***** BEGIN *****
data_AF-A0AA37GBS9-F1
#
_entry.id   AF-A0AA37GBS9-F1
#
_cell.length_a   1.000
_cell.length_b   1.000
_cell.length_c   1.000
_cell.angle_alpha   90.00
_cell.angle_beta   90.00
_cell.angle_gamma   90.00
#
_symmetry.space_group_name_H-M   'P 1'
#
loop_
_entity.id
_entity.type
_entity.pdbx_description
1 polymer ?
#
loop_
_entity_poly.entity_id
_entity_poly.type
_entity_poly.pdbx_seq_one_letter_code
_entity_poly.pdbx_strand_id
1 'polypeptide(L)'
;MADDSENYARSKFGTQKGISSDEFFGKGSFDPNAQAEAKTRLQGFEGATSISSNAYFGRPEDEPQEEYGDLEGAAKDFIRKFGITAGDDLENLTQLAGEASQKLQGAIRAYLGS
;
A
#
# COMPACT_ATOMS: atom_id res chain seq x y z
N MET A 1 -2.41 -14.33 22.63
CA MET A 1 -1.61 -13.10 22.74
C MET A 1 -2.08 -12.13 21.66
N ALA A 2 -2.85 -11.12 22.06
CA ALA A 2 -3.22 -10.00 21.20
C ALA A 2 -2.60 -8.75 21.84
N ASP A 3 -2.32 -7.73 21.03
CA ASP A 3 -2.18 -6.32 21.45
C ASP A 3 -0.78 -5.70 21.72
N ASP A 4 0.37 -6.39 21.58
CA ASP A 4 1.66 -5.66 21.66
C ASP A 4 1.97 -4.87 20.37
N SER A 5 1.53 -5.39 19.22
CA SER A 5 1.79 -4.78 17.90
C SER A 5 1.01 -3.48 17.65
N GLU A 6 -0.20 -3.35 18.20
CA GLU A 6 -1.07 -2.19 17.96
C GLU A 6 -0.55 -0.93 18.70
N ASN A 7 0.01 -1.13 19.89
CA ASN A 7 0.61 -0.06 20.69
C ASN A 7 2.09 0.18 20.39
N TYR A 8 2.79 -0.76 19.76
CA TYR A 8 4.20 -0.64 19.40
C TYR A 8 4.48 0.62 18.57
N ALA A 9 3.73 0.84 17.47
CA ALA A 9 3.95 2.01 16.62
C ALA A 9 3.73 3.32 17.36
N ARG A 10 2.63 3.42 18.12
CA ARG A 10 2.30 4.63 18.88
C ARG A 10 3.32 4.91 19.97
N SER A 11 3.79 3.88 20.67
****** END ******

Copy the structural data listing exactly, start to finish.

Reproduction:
data_AF-A0AA37GBS9-F1
#
_entry.id   AF-A0AA37GBS9-F1
#
_cell.length_a   1.000
_cell.length_b   1.000
_cell.length_c   1.000
_cell.angle_alpha   90.00
_cell.angle_beta   90.00
_cell.angle_gamma   90.00
#
_symmetry.space_group_name_H-M   'P 1'
#
loop_
_entity.id
_entity.type
_entity.pdbx_description
1 polymer ?
#
loop_
_entity_poly.entity_id
_entity_poly.type
_entity_poly.pdbx_seq_one_letter_code
_entity_poly.pdbx_strand_id
1 'polypeptide(L)'
;MADDSENYARSKFGTQKGISSDEFFGKGSFDPNAQAEAKTRLQGFEGATSISSNAYFGRPEDEPQEEYGDLEGAAKDFIRKFGITAGDDLENLTQLAGEASQKLQGAIRAYLGS
;
A
#
# COMPACT_ATOMS: atom_id res chain seq x y z
N MET A 1 -2.41 -14.33 22.63
CA MET A 1 -1.61 -13.10 22.74
C MET A 1 -2.08 -12.13 21.66
N ALA A 2 -2.85 -11.12 22.06
CA ALA A 2 -3.22 -10.00 21.20
C ALA A 2 -2.60 -8.75 21.84
N ASP A 3 -2.32 -7.73 21.03
CA ASP A 3 -2.18 -6.32 21.45
C ASP A 3 -0.78 -5.70 21.72
N ASP A 4 0.37 -6.39 21.58
CA ASP A 4 1.66 -5.66 21.66
C ASP A 4 1.97 -4.87 20.37
N SER A 5 1.53 -5.39 19.22
CA SER A 5 1.79 -4.78 17.90
C SER A 5 1.01 -3.48 17.65
N GLU A 6 -0.20 -3.35 18.20
CA GLU A 6 -1.07 -2.19 17.96
C GLU A 6 -0.55 -0.93 18.70
N ASN A 7 0.01 -1.13 19.89
CA ASN A 7 0.61 -0.06 20.69
C ASN A 7 2.09 0.18 20.39
N TYR A 8 2.79 -0.76 19.76
CA TYR A 8 4.20 -0.64 19.40
C TYR A 8 4.48 0.62 18.57
N ALA A 9 3.73 0.84 17.47
CA ALA A 9 3.95 2.01 16.62
C ALA A 9 3.73 3.32 17.36
N ARG A 10 2.63 3.42 18.12
CA ARG A 10 2.30 4.63 18.88
C ARG A 10 3.32 4.91 19.97
N SER A 11 3.79 3.88 20.67